From one family property to another, we moved over to La Conseillante in Pomerol, owned by the Nicolas family since 1871 (they are not related to the Nicolas wine shops). The vineyards have been the same 12 ha for three centuries, but here the facility has been completely modernized. Actually a third of the vineyards are in St. Emilion, running into Cheval Blanc, which you can see from the windows of the tasting room. As a result, “La Conseillante is not entirely typical of Pomerol; if Pomerol is known for power and richness, we are known for elegance and silky tannins,” says winemaker Jean-Michel Laporte. I realize that the right bank wines I like most are all exceptions to the most common styles of their appellations.

ConseillanteTWLa Conseillante has constructed a modern extension

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Will L’If Become the Le Pin of St. Emilion: Jacques Thienpont Strikes Again?

When Jacques Thienpont started Le Pin in 1979, he had no idea it was going to become one of the most famous—and at one time the most expensive—wine of Pomerol. Owned by the Laubie family since 1924, this tiny vineyard of 1.2 ha was located between Vieux Chateau Certan (also owned by the Thienpont family) and Trotanoy (one of Moueix’s leading properties). The Thienponts knew it was special terroir, and the original plan was to buy it to add to Vieux Chateau Certan, but the family did not want to pay the price, so Jacques bought it himself, paying a million francs for it (equivalent to 150,000 euros or $200,000).

The small scale of production, high price, character of 100% Merlot, and concentrated character of the wine led it to be grouped with the garage wines, although this has never really been an appropriate description, since it comes from prime terroir, and winemaking does not use any extreme methods. Subsequently some more small plots, contiguous with the original holding, were added to bring the total size up to 2.7 ha. There is no second wine at Le Pin, but there is another label called Trilogie, which is a blend across three successive vintages.LePin-original

The original house at Le Pin.

LepinS

The new winery

The property takes its name from the massive pine tree that stands just in front of the winery. Jacques now seems to be repeating history with the recent purchase of a property in St. Emilion, originally Chateau Haut-Plantey, but now renamed L’If (the French for yew tree).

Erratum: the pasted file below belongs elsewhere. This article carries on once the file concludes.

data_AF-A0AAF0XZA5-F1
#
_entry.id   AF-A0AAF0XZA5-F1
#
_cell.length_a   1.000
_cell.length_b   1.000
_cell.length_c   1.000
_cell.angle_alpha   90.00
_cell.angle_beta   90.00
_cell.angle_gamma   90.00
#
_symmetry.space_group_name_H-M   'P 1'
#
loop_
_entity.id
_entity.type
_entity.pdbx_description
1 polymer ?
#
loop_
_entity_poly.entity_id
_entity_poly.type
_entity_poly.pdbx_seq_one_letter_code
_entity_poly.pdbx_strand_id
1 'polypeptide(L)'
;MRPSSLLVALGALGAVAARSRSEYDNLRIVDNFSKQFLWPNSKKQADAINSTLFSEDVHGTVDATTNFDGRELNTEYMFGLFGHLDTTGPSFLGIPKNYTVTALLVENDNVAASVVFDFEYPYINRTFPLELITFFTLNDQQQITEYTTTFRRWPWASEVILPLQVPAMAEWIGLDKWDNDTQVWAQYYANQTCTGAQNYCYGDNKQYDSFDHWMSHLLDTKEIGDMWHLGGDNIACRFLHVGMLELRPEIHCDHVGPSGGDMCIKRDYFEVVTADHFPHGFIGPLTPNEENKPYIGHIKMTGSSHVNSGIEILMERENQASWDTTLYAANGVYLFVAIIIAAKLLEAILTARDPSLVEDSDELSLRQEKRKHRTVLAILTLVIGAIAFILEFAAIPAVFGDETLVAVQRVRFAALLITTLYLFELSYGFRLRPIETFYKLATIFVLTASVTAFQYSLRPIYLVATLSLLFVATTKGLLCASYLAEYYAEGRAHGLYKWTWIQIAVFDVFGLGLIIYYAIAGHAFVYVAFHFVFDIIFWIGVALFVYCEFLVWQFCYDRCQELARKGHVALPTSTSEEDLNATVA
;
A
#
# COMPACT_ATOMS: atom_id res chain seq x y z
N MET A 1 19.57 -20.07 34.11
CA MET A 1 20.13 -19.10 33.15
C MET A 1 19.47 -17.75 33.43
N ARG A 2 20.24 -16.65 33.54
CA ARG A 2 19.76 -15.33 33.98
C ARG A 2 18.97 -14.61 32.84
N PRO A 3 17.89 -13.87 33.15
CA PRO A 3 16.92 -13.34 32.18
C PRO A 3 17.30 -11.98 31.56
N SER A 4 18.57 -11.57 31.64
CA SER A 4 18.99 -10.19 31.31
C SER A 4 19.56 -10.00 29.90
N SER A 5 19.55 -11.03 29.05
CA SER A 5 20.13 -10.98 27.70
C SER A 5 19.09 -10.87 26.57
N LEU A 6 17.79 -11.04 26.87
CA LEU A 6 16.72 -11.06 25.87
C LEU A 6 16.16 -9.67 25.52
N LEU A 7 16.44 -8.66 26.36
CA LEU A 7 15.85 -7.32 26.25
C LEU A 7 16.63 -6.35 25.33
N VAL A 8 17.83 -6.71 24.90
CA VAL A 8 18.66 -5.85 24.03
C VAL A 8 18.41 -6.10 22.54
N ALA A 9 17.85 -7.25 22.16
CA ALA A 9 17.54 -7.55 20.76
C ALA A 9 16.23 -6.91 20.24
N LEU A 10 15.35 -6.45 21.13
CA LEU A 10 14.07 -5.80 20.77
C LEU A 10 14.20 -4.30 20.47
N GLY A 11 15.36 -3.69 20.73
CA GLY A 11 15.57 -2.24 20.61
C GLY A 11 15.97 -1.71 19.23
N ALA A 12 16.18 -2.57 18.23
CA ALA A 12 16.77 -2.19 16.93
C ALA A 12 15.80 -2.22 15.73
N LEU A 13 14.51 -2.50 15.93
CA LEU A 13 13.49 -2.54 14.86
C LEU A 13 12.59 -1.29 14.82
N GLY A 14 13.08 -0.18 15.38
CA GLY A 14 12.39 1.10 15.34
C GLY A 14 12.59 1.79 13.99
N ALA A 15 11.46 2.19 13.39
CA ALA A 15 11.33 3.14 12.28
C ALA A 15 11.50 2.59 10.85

My visit to Le Pin this week started out at the new winery, a contemporary jewel that replaced the old building in 2012, more than thirty years after the original purchase. Then we visited L’If, where the building is pretty dilapidated, but modern equipment has been installed inside. The old large fermentation tanks have been replaced with a variety of tanks to allow fermentation of individual plots. The original purchase included 5 ha in single block around the building, and another 2 ha close by; another hectare has since been added, bringing the total to 8 ha. This is good terroir, a nice slope just under Chateau Troplong Mondot, with a view across to the church at St. Emilion. There’s lots of limestone, which will be planted with Cabernet Franc; Merlot will be retained or planted on the plots with more clay. “It’s good terroir, but we will have to start from scratch, because they used weed killer,” Jacques says.

Almost half of the property has been pulled out for replanting. 1 ha is about to be replanted, and another 2 ha will be uprooted shortly; the land will be left fallow for four years before replanting, and then it will be three years till the first grapes are ready to use, so for the next 7 years production will be down. Cabernet Sauvignon has been removed—this is not a good spot for it, says Cyrille Thienpont, who is managing the property (and we will meet again at other Thienpont properties). Replanting will bring the varieties to a mix of about 60% Merlot and 40% Cabernet Franc. The big debate of the moment is how much to increase the density of planting from the present 6,500 vines/ha. With any significant increase come additional costs such as the need for different tractors that can handle narrower rows. I asked Jacques whether he was going to be frantically busy at harvest with two properties, but he explained that, even though the distance between the properties is only about five miles, L’If always harvests about three weeks later than Le Pin. “When we are putting wine into the barrels at Le Pin, we know it’s time to go and do the harvest at L’If,” he says. The first vintage to be released under the L’If name is 2011.

Coming from Pomerol, where there is no classification, Jacques does not intend L’If to become part of the St. Emilion classification. It may join Chateau Tertre Rôteboeuf as one of the most significant unclassified properties in the appellation. No one could have forecast Le Pin’s rise to fame, but it’s much easier to prophesy that we’re going to hear a good deal about L’If once the project really gets under way: Jacques hopes it will take less than the thirty years he’s been at Le Pin to fructify. Whether it will rise to the dizzy heights of challenging the top wines of the appellation remains to be seen.